I’ve been very good this year! I’ve brushed my teeth in the morning, in the evening and after every meal! I’ve cut down on sweets! I floss my teeth at least once each and every day! I replaced my toothbrush every three months! And I smiled as often as possible!
Oh, please, Santa Claus, may I have dental insurance? I promise to keep up the good work and leave you the best cookies money can buy!
Having dental insurance can be very beneficial for your overall oral health and physical health, most plans include bi-annual cleanings and check-ups as well as basic x-rays. It’s also good for your financial health, providing peace of mind that these needs will be met and that often additional procedures (such as fillings and extractions) will be covered at a lower rate than if you paid for these yourself out of pocket.
Regular preventive care can catch problems before they become expensive to treat, not to mention painful.
Why is Oral Health so important?
Like many areas of the body, your mouth is teeming with bacteria — most of them harmless. Normally the body’s natural defenses and good oral health care, such as daily brushing and flossing, can keep these bacteria under control. However, without proper oral hygiene, bacteria can reach levels that might lead to oral infections, such as tooth decay and gum disease.*
Your oral health might contribute to various diseases and conditions, including: *
- Endocarditis. Endocarditis is an infection of the inner lining of your heart (endocardium). Endocarditis typically occurs when bacteria or other germs from another part of your body, such as your mouth, spread through your bloodstream and attach to damaged areas in your heart.
- Cardiovascular disease. Some research suggests that heart disease, clogged arteries and stroke might be linked to the inflammation and infections that oral bacteria can cause.
- Pregnancy and birth. Periodontitis has been linked to premature birth and low birth weight.
Certain conditions also might affect your oral health, including:*
- Diabetes. Diabetes reduces the body’s resistance to infection — putting the gums at risk. Gum disease appears to be more frequent and severe among people who have diabetes. Research shows that people who have gum disease have a harder time controlling their blood sugar levels, and that regular periodontal care can improve diabetes control.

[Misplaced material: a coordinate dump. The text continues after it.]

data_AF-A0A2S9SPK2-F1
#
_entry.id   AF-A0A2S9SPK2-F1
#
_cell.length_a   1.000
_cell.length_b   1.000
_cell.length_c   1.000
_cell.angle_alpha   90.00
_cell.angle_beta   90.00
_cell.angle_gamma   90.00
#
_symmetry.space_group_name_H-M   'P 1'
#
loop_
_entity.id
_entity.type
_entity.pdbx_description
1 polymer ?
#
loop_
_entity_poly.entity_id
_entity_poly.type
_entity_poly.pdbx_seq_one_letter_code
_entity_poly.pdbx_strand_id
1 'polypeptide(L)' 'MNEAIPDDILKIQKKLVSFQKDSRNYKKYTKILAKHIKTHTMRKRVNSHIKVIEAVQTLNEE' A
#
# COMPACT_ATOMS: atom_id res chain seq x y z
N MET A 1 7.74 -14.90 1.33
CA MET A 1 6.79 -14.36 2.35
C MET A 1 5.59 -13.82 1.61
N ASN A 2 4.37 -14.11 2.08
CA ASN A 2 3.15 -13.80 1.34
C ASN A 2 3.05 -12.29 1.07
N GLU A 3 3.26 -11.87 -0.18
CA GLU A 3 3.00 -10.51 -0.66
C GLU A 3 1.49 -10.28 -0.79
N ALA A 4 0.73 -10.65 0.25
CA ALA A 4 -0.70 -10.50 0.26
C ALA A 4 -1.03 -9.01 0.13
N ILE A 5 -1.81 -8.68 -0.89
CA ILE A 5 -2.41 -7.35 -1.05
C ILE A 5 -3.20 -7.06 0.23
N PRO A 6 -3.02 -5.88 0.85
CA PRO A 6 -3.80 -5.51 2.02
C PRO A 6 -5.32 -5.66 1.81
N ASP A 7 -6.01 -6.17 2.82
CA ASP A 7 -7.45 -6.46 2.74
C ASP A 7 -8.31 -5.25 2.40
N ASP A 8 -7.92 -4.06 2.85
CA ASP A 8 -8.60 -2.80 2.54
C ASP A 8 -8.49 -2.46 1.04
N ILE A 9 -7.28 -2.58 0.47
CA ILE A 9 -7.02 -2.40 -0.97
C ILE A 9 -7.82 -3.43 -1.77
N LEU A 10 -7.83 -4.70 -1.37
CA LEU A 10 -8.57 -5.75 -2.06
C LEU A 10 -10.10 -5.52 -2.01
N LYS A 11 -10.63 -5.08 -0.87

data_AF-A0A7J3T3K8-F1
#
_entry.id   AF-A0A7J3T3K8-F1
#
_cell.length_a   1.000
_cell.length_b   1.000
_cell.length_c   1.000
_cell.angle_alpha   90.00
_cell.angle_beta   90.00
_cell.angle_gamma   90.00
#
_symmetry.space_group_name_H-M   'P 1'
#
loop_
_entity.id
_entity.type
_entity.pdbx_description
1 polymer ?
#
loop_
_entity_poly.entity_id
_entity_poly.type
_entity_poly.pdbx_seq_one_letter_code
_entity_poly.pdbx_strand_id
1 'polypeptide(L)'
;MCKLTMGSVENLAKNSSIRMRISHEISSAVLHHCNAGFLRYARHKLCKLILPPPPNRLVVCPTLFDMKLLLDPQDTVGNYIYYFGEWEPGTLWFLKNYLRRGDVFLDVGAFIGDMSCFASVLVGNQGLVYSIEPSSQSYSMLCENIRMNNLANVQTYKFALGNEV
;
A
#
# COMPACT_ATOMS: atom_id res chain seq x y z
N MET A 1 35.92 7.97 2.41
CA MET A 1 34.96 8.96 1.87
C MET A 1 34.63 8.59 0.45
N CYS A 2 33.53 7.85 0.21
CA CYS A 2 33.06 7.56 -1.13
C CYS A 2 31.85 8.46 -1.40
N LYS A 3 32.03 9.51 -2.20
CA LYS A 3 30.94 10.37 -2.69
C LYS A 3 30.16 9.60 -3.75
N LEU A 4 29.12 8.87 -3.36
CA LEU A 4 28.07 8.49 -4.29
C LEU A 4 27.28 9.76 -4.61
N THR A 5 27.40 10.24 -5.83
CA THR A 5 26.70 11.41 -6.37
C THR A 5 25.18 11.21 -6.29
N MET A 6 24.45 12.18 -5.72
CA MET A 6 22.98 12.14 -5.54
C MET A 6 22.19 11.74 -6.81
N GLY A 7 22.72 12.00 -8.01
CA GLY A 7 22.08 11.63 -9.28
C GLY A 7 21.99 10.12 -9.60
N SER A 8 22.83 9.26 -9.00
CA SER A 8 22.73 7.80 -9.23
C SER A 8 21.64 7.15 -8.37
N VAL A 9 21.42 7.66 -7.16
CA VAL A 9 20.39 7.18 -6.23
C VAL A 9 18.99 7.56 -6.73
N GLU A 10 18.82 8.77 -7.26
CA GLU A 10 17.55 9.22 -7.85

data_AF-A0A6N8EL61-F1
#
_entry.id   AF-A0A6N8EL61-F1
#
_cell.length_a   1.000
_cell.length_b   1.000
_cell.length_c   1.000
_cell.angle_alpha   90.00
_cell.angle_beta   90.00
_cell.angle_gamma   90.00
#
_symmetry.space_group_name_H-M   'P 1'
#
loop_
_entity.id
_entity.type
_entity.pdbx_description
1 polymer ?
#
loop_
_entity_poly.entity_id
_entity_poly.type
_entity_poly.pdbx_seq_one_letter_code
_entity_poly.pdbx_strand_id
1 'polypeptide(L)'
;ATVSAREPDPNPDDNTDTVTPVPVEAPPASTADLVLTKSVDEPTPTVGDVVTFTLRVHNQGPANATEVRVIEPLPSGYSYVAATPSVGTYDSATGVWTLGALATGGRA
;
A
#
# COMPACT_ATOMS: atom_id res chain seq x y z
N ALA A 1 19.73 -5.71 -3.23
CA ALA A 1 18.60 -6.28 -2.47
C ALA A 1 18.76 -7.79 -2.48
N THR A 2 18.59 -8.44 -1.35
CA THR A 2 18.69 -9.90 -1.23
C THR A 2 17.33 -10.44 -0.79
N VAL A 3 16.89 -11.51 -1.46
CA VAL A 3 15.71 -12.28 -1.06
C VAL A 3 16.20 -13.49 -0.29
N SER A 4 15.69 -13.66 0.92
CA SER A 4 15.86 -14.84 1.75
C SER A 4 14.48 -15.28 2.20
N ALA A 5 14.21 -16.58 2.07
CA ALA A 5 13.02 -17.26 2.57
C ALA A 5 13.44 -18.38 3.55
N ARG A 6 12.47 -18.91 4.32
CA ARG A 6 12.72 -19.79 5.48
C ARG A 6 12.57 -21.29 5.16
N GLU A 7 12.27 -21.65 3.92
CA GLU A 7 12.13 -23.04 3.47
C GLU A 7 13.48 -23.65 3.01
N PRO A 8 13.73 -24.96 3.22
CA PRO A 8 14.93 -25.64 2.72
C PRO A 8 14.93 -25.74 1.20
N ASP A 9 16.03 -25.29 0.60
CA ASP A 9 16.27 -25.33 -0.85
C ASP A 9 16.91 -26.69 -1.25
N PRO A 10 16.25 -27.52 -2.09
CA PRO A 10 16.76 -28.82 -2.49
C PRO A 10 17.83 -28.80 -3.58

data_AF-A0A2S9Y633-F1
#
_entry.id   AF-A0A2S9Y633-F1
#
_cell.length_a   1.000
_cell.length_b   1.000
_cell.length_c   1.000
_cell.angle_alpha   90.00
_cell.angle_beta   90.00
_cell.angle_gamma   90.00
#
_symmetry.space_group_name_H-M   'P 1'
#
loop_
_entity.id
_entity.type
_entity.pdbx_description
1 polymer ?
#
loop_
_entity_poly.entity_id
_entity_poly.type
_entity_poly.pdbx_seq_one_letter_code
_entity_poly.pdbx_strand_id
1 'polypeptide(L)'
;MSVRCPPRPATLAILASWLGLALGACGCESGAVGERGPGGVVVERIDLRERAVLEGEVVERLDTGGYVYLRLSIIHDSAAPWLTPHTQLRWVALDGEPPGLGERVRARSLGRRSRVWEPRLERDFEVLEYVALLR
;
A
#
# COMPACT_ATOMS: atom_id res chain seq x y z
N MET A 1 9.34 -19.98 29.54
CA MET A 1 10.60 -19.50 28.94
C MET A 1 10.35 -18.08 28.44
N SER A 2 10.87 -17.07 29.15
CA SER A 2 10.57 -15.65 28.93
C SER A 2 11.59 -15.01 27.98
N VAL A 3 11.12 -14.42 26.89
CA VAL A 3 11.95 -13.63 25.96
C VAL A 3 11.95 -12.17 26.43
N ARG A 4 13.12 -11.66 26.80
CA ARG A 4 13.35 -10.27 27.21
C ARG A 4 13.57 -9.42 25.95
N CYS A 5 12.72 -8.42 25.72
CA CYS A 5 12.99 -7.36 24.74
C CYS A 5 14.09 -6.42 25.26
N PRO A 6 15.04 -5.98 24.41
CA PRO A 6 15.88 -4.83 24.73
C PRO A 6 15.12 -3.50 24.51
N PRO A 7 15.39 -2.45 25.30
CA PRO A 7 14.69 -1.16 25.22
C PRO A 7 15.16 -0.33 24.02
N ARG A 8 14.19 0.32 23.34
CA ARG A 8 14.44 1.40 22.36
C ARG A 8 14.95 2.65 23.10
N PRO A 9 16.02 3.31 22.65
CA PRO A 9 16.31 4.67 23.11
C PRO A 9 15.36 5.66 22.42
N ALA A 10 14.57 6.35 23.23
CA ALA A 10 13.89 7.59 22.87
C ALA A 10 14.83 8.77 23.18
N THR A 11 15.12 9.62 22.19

- HIV/AIDS. Oral problems, such as painful mucosal lesions, are common in people who have HIV/AIDS.
- Osteoporosis. Osteoporosis — which causes bones to become weak and brittle — might be linked with periodontal bone loss and tooth loss. Drugs used to treat osteoporosis carry a small risk of damage to the bones of the jaw.
- Alzheimer’s disease. Worsening oral health is seen as Alzheimer’s disease progresses.
Other conditions that might be linked to oral health include eating disorders, rheumatoid arthritis, head and neck cancers, and Sjogren’s syndrome — an immune system disorder that causes dry mouth.*
Finding and Buying Dental Insurance.
Many people have a dental plan through their employer, (about 90%) but for everyone else, it’s up to you to find dental insurance that works with your needs and budget. It’s also important to check in advance to see if your particular dental practice accepts that form of insurance, otherwise, you may need to switch dental providers or pay out of pocket after all. You should also understand what the cancellation policy is should you wish to cancel and if there are additional fees when you begin or end the policy.
Through the Affordable Care Act, dental insurance is available as an add-on to health insurance plans, and the premiums vary. Annually, if you qualify, you can sign up for a plan from November 1-December 15 (dates may vary). This can be a cost-effective way of insuring your health needs. However, you cannot buy an independent dental-only policy this way.